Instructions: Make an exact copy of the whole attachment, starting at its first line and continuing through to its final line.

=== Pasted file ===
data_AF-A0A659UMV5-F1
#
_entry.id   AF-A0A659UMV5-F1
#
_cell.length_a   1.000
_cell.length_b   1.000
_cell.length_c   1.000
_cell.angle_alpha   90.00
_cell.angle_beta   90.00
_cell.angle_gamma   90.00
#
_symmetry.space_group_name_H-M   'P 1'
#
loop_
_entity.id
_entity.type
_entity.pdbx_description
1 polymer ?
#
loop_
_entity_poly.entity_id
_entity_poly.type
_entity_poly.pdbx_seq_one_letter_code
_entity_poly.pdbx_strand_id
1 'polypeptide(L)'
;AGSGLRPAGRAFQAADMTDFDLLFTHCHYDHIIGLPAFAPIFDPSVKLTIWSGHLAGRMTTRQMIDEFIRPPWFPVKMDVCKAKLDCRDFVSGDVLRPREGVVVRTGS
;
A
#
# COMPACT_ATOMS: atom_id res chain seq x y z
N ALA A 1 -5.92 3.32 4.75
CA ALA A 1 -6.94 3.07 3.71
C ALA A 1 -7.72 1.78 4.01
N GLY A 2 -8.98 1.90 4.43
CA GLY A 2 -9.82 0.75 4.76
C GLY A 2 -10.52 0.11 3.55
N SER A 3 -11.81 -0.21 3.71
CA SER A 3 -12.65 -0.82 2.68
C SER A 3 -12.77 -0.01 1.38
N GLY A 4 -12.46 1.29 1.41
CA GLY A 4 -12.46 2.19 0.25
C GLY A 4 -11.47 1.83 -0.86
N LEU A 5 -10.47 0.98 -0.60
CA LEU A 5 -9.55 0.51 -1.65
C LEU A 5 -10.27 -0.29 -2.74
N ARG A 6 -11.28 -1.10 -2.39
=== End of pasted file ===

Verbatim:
data_AF-A0A659UMV5-F1
#
_entry.id   AF-A0A659UMV5-F1
#
_cell.length_a   1.000
_cell.length_b   1.000
_cell.length_c   1.000
_cell.angle_alpha   90.00
_cell.angle_beta   90.00
_cell.angle_gamma   90.00
#
_symmetry.space_group_name_H-M   'P 1'
#
loop_
_entity.id
_entity.type
_entity.pdbx_description
1 polymer ?
#
loop_
_entity_poly.entity_id
_entity_poly.type
_entity_poly.pdbx_seq_one_letter_code
_entity_poly.pdbx_strand_id
1 'polypeptide(L)'
;AGSGLRPAGRAFQAADMTDFDLLFTHCHYDHIIGLPAFAPIFDPSVKLTIWSGHLAGRMTTRQMIDEFIRPPWFPVKMDVCKAKLDCRDFVSGDVLRPREGVVVRTGS
;
A
#
# COMPACT_ATOMS: atom_id res chain seq x y z
N ALA A 1 -5.92 3.32 4.75
CA ALA A 1 -6.94 3.07 3.71
C ALA A 1 -7.72 1.78 4.01
N GLY A 2 -8.98 1.90 4.43
CA GLY A 2 -9.82 0.75 4.76
C GLY A 2 -10.52 0.11 3.55
N SER A 3 -11.81 -0.21 3.71
CA SER A 3 -12.65 -0.82 2.68
C SER A 3 -12.77 -0.01 1.38
N GLY A 4 -12.46 1.29 1.41
CA GLY A 4 -12.46 2.19 0.25
C GLY A 4 -11.47 1.83 -0.86
N LEU A 5 -10.47 0.98 -0.60
CA LEU A 5 -9.55 0.51 -1.65
C LEU A 5 -10.27 -0.29 -2.74
N ARG A 6 -11.28 -1.10 -2.39